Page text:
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Results of Highly Cited Biomarker-disease Associations Often Overestimated

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Although new biomarkers are regularly proposed to serve as potential determinants of disease risk, prognosis or response to treatment, many markers only get evaluated in one or a small number of studies. A review in the June 1st edition of JAMA reports that the results of highly cited biomarker-disease associations that appear in major journals are often substantially overestimated, with effect sizes exceeding those found when the association is evaluated in larger studies.

To determine whether the magnitude of the effect sizes of biomarkers proposed in highly cited studies is accurate or overestimated, researchers at Stanford University School of Medicine searched ISI Web of Science and MEDLINE until December 2010 for biomarker studies that had a relative risk presented in their abstract, received more than 400 citations in the ISI Web of Science, and were published in any of 24 highly cited biomedical journals. MEDLINE was searched for subsequent meta-analyses on the same associations (same biomarker and same outcome).

The researchers focused on disease/outcome, biomarker under study, and first reported relative risk in the abstract. From each meta-analysis, they extracted the overall relative risk and the relative risk in the largest study. Data extraction was performed independently by two investigators.

In total, 35 highly cited associations were evaluated. Most studies (86%) had a stronger effect estimate than the largest study investigating the same association. In only 2 cases was the effect size estimate stronger in the largest than in the original, highly cited study.

For 29 of the 35 (83%) highly cited studies, the corresponding meta-analysis for the same association found a smaller effect estimate. Only 15 of the associations were statistically significant based on the largest studies, and of those only 7 had a relative risk point estimate greater than 1.37.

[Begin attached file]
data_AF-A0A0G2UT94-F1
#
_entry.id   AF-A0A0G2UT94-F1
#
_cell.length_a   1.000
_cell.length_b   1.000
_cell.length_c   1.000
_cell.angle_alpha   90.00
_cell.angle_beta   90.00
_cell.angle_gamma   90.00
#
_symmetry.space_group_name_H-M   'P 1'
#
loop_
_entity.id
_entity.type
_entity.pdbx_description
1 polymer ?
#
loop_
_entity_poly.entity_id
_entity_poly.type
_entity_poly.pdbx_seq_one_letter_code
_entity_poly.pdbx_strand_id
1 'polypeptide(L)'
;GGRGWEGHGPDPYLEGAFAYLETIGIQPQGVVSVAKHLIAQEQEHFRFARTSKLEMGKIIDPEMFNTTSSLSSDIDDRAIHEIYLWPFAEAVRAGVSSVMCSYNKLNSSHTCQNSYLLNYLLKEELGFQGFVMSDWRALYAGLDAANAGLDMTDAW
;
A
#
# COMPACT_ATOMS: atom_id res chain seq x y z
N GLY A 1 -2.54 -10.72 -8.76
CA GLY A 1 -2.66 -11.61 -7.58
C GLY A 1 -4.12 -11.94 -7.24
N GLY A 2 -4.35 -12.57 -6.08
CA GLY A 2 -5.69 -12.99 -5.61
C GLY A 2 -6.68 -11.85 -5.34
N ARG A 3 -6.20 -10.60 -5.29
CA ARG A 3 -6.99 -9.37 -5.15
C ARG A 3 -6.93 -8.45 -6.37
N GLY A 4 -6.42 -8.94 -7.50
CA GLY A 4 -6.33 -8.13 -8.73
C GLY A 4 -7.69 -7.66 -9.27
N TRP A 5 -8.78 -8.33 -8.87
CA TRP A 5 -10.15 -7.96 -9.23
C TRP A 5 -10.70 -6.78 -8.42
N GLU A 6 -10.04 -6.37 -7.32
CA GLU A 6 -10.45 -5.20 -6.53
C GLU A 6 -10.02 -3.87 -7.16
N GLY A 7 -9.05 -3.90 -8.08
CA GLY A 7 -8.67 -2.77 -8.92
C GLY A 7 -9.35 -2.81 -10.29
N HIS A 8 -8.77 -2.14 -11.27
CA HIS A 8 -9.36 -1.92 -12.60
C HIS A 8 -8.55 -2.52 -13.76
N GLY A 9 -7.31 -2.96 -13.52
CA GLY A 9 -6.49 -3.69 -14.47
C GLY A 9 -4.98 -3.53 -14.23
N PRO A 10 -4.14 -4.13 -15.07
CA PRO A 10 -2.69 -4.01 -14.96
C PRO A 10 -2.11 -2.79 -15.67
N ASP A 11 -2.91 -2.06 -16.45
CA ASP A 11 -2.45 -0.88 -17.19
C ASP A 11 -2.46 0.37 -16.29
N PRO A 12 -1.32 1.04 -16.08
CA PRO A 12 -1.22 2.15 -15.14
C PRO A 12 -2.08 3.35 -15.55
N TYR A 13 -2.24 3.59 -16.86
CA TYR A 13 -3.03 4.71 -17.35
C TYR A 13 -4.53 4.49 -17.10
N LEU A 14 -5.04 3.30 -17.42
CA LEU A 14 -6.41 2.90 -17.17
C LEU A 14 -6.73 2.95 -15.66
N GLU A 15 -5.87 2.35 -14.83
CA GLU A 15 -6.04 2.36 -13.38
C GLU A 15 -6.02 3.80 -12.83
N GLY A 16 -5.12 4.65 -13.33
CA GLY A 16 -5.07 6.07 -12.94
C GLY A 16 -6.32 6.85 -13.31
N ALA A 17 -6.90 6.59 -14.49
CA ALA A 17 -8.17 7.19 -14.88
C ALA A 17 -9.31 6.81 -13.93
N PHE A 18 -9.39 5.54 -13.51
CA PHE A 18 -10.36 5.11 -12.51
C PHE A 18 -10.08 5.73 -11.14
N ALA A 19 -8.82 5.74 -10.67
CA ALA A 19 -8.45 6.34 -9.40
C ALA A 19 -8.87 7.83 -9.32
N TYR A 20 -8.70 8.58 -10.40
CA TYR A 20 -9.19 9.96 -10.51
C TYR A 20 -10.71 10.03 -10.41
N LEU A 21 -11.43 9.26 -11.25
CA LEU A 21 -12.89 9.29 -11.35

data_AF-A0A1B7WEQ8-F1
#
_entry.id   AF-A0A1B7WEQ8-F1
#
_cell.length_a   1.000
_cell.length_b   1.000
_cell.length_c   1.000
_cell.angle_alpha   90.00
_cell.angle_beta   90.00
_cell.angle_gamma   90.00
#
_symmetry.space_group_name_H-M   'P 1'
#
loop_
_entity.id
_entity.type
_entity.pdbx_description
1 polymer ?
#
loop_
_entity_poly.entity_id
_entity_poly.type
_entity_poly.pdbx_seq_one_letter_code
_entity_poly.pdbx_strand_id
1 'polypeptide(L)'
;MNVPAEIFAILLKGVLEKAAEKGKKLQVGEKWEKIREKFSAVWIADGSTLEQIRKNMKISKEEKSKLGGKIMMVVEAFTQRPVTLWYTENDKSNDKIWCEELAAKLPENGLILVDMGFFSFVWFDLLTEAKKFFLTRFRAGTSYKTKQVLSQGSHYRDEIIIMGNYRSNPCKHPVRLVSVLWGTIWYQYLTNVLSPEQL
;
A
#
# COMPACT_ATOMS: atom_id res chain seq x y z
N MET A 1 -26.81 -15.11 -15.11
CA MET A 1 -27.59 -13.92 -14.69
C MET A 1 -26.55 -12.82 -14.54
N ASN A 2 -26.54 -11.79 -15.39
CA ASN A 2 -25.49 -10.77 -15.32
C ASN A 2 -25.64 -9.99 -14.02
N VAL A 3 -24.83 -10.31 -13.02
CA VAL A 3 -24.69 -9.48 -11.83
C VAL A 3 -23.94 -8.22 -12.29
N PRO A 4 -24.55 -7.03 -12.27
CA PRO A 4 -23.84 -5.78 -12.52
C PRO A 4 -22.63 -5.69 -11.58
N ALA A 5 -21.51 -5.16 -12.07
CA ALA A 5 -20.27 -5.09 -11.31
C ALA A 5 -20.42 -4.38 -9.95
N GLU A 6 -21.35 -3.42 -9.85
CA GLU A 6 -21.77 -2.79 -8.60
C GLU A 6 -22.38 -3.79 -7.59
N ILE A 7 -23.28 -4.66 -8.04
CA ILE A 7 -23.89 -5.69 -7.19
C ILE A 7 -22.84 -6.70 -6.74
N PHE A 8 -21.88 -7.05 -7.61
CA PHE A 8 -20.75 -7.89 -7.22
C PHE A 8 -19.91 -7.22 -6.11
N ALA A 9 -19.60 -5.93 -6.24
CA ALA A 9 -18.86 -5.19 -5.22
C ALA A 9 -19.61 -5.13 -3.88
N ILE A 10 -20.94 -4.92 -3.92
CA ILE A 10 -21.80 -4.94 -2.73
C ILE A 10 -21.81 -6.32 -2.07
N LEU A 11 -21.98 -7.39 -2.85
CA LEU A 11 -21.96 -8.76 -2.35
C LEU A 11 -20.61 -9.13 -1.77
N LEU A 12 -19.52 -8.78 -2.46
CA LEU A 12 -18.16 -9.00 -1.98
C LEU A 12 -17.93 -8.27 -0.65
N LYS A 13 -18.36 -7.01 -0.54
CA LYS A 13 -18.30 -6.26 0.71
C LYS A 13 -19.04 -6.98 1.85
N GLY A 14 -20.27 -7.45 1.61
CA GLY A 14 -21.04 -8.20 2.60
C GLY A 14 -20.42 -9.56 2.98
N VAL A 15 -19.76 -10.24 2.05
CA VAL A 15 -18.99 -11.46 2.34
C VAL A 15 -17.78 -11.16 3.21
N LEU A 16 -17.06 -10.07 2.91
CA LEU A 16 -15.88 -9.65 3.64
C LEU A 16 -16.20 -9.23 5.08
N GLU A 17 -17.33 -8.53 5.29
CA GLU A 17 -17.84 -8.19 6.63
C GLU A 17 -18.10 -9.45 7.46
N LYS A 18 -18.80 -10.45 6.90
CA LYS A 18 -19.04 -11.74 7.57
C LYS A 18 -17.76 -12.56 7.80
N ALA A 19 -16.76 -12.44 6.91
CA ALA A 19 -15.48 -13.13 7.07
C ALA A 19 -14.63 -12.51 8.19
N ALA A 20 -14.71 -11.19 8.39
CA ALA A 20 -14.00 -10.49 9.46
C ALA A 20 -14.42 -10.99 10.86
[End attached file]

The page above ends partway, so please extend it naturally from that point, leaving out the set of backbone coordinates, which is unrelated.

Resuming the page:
The authors conclude that the study results “should lead to reinforcing healthy skepticism about interpreting this literature” and that “the standards for claiming success should be higher.” Success standards should include prospective design, a careful analysis plan, meticulous reporting, extensive replication and validation of proposed biomarkers in large independent studies, and assessment of their incremental ability.

According to John Ioannidis, MD, DSc, chief of the Stanford Prevention Research Center, and lead author of the study:

Researchers tend to play with their data sets, and to analyze them in creative ways. We’re certainly not pointing out any one investigator with this study; it’s just the societal norm of science to operate in that fashion. But we need to follow the scientific method through to the end and demand replication and verification of results before accepting them as fact. We have to learn to trust the bigger picture. And it’s better to demand this proof upfront rather than waiting for it to happen on a case-by-case basis. It is vitally important to validate original published findings with subsequent large-scale evidence to make progress in the field of biomarkers and risk association.

Study: Comparison of Effect Sizes Associated With Biomarkers Reported in Highly Cited Individual Articles and in Subsequent Meta-analyses

PubMed: View abstract

Source: Stanford School of Medicine